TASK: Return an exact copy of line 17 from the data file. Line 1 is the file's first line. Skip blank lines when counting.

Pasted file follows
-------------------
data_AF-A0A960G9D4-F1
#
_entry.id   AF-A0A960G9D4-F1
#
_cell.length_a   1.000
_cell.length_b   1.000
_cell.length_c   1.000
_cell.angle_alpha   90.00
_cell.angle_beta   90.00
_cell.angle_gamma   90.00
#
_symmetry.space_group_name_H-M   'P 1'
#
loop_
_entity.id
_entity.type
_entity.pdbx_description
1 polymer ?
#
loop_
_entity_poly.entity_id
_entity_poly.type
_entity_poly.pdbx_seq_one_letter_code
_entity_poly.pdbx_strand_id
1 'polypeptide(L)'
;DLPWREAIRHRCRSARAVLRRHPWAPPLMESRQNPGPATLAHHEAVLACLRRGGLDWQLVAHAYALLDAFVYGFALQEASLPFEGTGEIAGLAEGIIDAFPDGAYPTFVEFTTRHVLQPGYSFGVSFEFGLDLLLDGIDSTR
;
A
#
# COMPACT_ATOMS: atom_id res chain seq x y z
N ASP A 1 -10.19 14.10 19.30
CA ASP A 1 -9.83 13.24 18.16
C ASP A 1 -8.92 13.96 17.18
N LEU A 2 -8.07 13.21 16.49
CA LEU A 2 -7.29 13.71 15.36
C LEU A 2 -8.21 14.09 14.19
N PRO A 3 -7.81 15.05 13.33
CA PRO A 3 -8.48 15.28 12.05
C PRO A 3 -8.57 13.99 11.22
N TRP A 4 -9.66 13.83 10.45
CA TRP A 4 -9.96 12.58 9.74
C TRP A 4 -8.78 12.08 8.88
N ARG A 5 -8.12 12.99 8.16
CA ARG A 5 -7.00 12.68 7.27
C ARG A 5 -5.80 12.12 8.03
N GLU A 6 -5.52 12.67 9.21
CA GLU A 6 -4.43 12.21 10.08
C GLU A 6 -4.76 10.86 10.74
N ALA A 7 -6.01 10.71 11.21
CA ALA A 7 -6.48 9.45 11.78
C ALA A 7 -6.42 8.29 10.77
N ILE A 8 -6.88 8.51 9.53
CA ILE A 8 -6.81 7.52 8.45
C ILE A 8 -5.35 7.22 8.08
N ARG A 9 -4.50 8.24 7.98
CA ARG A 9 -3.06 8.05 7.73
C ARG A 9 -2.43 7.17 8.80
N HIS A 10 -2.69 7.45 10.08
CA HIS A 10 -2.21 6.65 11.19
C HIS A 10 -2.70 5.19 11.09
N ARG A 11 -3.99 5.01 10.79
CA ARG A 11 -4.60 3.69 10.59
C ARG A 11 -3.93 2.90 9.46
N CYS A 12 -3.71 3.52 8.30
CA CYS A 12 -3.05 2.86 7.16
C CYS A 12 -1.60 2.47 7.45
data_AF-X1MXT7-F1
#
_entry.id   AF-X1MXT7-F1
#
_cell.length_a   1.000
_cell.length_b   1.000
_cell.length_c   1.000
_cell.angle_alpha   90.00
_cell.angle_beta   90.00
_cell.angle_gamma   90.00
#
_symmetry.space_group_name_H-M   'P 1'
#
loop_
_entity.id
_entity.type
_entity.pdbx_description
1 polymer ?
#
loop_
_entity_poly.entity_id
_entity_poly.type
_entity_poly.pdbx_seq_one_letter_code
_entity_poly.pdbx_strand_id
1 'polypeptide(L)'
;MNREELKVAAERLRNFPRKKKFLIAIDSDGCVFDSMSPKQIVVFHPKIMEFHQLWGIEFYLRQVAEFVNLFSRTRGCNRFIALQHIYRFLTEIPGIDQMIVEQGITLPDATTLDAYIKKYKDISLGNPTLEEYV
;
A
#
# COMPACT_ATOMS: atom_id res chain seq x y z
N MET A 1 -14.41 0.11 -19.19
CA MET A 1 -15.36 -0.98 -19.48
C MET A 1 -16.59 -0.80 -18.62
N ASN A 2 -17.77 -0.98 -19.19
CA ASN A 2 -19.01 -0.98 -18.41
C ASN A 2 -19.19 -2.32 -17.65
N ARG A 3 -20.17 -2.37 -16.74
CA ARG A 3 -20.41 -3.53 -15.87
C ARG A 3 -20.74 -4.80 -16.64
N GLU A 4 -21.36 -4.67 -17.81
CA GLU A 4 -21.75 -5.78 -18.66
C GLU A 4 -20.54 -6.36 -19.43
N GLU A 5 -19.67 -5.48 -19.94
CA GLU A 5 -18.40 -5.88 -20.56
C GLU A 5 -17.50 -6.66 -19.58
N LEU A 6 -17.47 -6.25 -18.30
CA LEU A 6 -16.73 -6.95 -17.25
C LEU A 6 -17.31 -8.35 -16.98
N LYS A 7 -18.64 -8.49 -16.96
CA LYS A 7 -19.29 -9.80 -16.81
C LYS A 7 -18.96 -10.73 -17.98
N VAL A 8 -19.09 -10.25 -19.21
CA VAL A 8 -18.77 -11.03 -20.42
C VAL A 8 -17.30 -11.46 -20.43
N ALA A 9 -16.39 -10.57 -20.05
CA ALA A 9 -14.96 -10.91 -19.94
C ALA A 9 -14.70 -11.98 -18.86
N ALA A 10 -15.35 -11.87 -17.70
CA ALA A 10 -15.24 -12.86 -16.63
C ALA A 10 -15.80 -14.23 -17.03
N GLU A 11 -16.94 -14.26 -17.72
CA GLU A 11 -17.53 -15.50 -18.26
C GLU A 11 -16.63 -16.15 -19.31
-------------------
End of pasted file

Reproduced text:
_entity.pdbx_description